People called to public service have a common belief in helping their fellow men and women. That’s what inspired me during my 16 years in the Virginia Senate. Many of those I served with over the years shared that commitment to helping Virginians.

This spring, the men and women elected to the 2018 General Assembly have a prime opportunity to improve the commonwealth by passing a two-year state budget with a plan to help as many as 400,000 working class Virginians gain health insurance.

As a retired legislator who closely follows state affairs, I am encouraged by the bipartisan progress thus far. I have tremendous respect and admiration for my successor, Sen. Jill Vogel. I sincerely hope that she will support this initiative.

And I’m hopeful the Virginia Senate will work with the House of Delegates to negotiate a fiscally responsible state budget that helps people in hard-working families struggling to make a better life.

In this community, bringing Virginia’s tax dollars home to support health care access for low-income adults earning just $16,753 a year means 6,800 uninsured citizens in Winchester and the counties of Clarke, Fauquier, and Frederick could gain health coverage.

Those are the direct benefits. For people fortunate enough to have health insurance, improving health care access for vulnerable Virginians will positively affect many others beyond those directly helped.

Right now, Virginia is sacrificing $5 million per day and has lost more than $10 billion in funding by rejecting coverage expansion. By accepting these funds, Virginia could bring home $3 billion per year to help people and strengthen our economy.

That money would free up millions in the state budget for much-needed state projects like education and transportation.

Locally, it could support the Emil and Grace Shihadeh Innovation Center, improvements to Interstate 81, our community colleges, and teachers for the sake of our children.

Expanded health care access through the Affordable Care Act will support jobs and protect community hospitals like Valley Health’s Winchester Medical Center, Warren Memorial, Shenandoah Memorial, Page Memorial, and Fauquier Health, which provide medical care to thousands of patients, and are among the region’s largest employers.

Dozens of studies have shown that states that expanded health care access experienced improved health outcomes and positive economic gains.

Increased health care access also means treatment for people with mental health challenges or substance addiction. Republican Gov. John Kasich of Ohio expanded Medicaid eligibility in his state to meet the needs of Ohioans experiencing such health challenges.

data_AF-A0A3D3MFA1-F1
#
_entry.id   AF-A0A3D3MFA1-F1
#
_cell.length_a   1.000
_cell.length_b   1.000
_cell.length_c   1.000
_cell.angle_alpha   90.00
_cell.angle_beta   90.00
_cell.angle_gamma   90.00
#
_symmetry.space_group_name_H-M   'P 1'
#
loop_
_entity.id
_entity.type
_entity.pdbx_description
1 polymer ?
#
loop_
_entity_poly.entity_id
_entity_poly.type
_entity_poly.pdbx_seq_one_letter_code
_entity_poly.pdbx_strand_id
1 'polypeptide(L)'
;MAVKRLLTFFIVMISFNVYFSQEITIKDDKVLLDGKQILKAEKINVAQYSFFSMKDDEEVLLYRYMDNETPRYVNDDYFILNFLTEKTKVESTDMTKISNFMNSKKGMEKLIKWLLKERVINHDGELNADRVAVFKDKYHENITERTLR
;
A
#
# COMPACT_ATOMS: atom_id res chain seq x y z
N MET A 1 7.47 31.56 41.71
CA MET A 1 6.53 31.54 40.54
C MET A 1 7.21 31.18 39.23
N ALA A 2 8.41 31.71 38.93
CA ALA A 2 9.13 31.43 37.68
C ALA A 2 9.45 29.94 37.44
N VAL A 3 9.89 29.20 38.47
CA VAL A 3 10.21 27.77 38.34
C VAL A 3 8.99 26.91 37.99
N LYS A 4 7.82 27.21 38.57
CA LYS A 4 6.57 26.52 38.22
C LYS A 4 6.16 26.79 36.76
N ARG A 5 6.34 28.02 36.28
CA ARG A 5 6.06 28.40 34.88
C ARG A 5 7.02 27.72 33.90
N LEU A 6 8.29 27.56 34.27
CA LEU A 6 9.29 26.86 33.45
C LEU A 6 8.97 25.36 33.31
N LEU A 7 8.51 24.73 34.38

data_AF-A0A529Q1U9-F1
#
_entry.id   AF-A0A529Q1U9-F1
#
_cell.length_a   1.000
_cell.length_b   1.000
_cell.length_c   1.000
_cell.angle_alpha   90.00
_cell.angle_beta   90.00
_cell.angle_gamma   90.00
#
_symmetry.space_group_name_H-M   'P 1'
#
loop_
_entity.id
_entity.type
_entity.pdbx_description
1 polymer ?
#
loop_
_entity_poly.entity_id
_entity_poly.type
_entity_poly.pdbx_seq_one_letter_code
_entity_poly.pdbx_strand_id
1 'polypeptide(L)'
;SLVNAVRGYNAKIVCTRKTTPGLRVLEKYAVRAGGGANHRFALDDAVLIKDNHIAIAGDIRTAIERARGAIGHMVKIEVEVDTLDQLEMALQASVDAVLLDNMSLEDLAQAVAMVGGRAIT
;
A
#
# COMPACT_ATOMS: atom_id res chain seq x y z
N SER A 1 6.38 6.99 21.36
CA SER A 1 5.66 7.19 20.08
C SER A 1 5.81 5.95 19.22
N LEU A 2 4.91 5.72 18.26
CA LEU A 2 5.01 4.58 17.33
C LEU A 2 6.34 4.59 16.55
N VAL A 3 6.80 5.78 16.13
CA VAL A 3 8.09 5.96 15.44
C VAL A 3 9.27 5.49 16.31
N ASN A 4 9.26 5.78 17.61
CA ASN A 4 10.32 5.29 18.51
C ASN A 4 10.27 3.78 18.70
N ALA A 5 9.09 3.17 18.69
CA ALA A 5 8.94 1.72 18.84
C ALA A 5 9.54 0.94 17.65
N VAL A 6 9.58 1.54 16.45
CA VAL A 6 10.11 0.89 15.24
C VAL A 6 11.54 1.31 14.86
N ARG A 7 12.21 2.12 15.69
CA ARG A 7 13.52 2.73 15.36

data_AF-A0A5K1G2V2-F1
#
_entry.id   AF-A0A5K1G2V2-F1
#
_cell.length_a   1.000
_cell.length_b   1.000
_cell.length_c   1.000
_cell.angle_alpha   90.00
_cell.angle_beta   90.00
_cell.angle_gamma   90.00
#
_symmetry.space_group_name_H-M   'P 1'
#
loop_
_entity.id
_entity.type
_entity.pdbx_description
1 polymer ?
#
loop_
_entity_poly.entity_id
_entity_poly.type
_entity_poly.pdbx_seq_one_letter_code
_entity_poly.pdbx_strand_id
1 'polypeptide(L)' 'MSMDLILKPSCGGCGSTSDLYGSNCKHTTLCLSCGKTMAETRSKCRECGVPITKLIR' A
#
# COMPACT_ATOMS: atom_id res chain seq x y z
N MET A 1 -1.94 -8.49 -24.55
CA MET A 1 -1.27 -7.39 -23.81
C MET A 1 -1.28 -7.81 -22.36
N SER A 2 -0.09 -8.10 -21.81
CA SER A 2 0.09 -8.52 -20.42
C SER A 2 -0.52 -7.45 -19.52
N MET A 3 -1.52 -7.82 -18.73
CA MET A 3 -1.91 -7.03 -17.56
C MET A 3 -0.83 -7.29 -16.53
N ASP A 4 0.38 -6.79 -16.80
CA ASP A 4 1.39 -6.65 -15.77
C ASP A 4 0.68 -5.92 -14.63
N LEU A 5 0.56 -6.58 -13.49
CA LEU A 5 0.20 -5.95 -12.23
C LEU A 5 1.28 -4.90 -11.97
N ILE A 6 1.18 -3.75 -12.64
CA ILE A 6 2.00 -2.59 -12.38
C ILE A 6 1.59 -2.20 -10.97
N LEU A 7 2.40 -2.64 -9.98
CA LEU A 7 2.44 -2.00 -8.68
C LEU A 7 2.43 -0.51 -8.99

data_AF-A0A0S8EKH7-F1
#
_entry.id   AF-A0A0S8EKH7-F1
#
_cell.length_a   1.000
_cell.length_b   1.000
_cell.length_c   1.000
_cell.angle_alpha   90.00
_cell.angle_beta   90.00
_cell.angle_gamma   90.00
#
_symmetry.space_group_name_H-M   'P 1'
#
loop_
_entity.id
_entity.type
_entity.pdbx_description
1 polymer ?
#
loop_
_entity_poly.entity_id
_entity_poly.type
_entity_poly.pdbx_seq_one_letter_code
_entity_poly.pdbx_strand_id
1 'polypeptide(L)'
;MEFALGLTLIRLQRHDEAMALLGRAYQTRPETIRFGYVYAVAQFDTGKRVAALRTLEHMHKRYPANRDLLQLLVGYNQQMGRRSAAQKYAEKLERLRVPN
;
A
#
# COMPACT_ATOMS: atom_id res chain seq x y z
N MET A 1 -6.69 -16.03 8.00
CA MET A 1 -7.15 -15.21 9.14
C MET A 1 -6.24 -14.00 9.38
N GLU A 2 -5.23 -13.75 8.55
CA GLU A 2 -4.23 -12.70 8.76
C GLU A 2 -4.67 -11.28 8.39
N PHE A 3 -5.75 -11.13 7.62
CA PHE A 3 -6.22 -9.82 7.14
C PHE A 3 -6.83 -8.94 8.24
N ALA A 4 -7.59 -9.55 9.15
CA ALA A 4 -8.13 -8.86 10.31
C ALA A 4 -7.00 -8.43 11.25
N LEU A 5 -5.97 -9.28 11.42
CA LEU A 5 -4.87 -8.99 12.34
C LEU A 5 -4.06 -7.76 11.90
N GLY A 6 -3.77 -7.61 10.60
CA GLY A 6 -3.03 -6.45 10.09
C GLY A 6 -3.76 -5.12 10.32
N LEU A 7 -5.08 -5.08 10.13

Too many Virginians have these unmet support needs. Since 2007, Virginia health officials have reported more than 7,250 fatal opioid overdoses. Nearly 300 of those have occurred in several Northern Shenandoah Valley communities.

The opioid epidemic, like any other public health challenge, can strike anyone. It doesn’t discriminate based on where you live, or the type of family you come from.

At this moment, Virginia has the opportunity to improve access to care for its people.

The House of Delegates’ Republican majority has developed a plan that protects state finances, helps people get health insurance, and promotes personal responsibility by including work rules for able-bodied Virginians so people are invested in their health. It’s passed with support from Republicans, Democrats, and has been endorsed by the Governor.

The timing couldn’t be better. The Trump Administration is favorably disposed toward state health coverage expansion plans with work and personal responsibility standards under the ACA, the law of the land that’s been upheld by U.S. Supreme Court and survived congressional challenges.

So far, 32 states and the District of Columbia have expanded Medicaid, including those led by Republican governors in Arizona, Indiana (under now-Vice President Mike Pence), and Kentucky.

Soon, the Virginia Senate will consider the compromise budget legislation and health care plan.

Like countless others, I pray the Senate reaches a compromise that helps vulnerable Virginians while also supporting our police, teachers, road workers, local governments, and so many others eager for a budget deal before the July 1 deadline.

Putting together significant compromise packages are rarely easy, but often worthwhile. I urge my fellow Republicans in the legislature to find a path forward on a budget with a health care plan that does right by Virginia and its people.

The Honorable H. Russell “Russ” Potts Jr. is a businessman who represented the Winchester area as a Republican in the Virginia Senate from 1992-2008, where he served as chairman of the Senate Health and Education Committee.